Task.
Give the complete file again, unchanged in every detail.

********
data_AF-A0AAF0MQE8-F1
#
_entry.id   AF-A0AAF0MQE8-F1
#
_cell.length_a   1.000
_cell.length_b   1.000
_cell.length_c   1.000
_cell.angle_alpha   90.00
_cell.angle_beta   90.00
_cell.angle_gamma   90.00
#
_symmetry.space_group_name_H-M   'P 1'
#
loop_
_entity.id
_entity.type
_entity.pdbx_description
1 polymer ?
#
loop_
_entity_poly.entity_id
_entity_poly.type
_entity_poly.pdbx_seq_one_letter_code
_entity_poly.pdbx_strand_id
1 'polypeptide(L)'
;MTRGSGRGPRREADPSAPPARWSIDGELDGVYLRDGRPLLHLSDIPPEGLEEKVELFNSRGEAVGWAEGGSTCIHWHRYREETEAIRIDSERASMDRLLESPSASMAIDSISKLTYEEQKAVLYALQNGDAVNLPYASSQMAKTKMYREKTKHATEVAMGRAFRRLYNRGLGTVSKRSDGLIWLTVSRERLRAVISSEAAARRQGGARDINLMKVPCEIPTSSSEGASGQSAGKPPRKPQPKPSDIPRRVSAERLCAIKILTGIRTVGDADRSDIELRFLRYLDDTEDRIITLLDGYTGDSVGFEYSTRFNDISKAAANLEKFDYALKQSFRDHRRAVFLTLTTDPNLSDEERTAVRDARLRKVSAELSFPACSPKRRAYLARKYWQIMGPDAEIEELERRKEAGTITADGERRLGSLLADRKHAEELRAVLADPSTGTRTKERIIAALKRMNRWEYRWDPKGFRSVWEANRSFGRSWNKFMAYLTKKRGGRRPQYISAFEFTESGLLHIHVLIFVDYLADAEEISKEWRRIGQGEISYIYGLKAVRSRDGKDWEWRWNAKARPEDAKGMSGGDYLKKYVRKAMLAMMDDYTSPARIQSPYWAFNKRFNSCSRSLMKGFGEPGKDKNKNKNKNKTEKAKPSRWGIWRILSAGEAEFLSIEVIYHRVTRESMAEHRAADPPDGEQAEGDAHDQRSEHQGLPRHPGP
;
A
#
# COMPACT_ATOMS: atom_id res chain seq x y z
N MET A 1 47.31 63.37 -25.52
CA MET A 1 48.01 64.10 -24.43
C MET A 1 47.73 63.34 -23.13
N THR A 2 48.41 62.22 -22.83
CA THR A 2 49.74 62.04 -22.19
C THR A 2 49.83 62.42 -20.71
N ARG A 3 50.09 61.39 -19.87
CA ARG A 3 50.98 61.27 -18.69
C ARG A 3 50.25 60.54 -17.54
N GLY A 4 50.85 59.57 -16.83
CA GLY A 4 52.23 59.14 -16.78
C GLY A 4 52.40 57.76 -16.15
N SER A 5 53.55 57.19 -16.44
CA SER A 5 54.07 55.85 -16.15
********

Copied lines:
data_AF-A0AAF0MQE8-F1
#
_entry.id   AF-A0AAF0MQE8-F1
#
_cell.length_a   1.000
_cell.length_b   1.000
_cell.length_c   1.000
_cell.angle_alpha   90.00
_cell.angle_beta   90.00
_cell.angle_gamma   90.00
#
_symmetry.space_group_name_H-M   'P 1'
#
loop_
_entity.id
_entity.type
_entity.pdbx_description
1 polymer ?
#
loop_
_entity_poly.entity_id
_entity_poly.type
_entity_poly.pdbx_seq_one_letter_code
_entity_poly.pdbx_strand_id
1 'polypeptide(L)'
;MTRGSGRGPRREADPSAPPARWSIDGELDGVYLRDGRPLLHLSDIPPEGLEEKVELFNSRGEAVGWAEGGSTCIHWHRYREETEAIRIDSERASMDRLLESPSASMAIDSISKLTYEEQKAVLYALQNGDAVNLPYASSQMAKTKMYREKTKHATEVAMGRAFRRLYNRGLGTVSKRSDGLIWLTVSRERLRAVISSEAAARRQGGARDINLMKVPCEIPTSSSEGASGQSAGKPPRKPQPKPSDIPRRVSAERLCAIKILTGIRTVGDADRSDIELRFLRYLDDTEDRIITLLDGYTGDSVGFEYSTRFNDISKAAANLEKFDYALKQSFRDHRRAVFLTLTTDPNLSDEERTAVRDARLRKVSAELSFPACSPKRRAYLARKYWQIMGPDAEIEELERRKEAGTITADGERRLGSLLADRKHAEELRAVLADPSTGTRTKERIIAALKRMNRWEYRWDPKGFRSVWEANRSFGRSWNKFMAYLTKKRGGRRPQYISAFEFTESGLLHIHVLIFVDYLADAEEISKEWRRIGQGEISYIYGLKAVRSRDGKDWEWRWNAKARPEDAKGMSGGDYLKKYVRKAMLAMMDDYTSPARIQSPYWAFNKRFNSCSRSLMKGFGEPGKDKNKNKNKNKTEKAKPSRWGIWRILSAGEAEFLSIEVIYHRVTRESMAEHRAADPPDGEQAEGDAHDQRSEHQGLPRHPGP
;
A
#
# COMPACT_ATOMS: atom_id res chain seq x y z
N MET A 1 47.31 63.37 -25.52
CA MET A 1 48.01 64.10 -24.43
C MET A 1 47.73 63.34 -23.13
N THR A 2 48.41 62.22 -22.83
CA THR A 2 49.74 62.04 -22.19
C THR A 2 49.83 62.42 -20.71
N ARG A 3 50.09 61.39 -19.87
CA ARG A 3 50.98 61.27 -18.69
C ARG A 3 50.25 60.54 -17.54
N GLY A 4 50.85 59.57 -16.83
CA GLY A 4 52.23 59.14 -16.78
C GLY A 4 52.40 57.76 -16.15
N SER A 5 53.55 57.19 -16.44
CA SER A 5 54.07 55.85 -16.15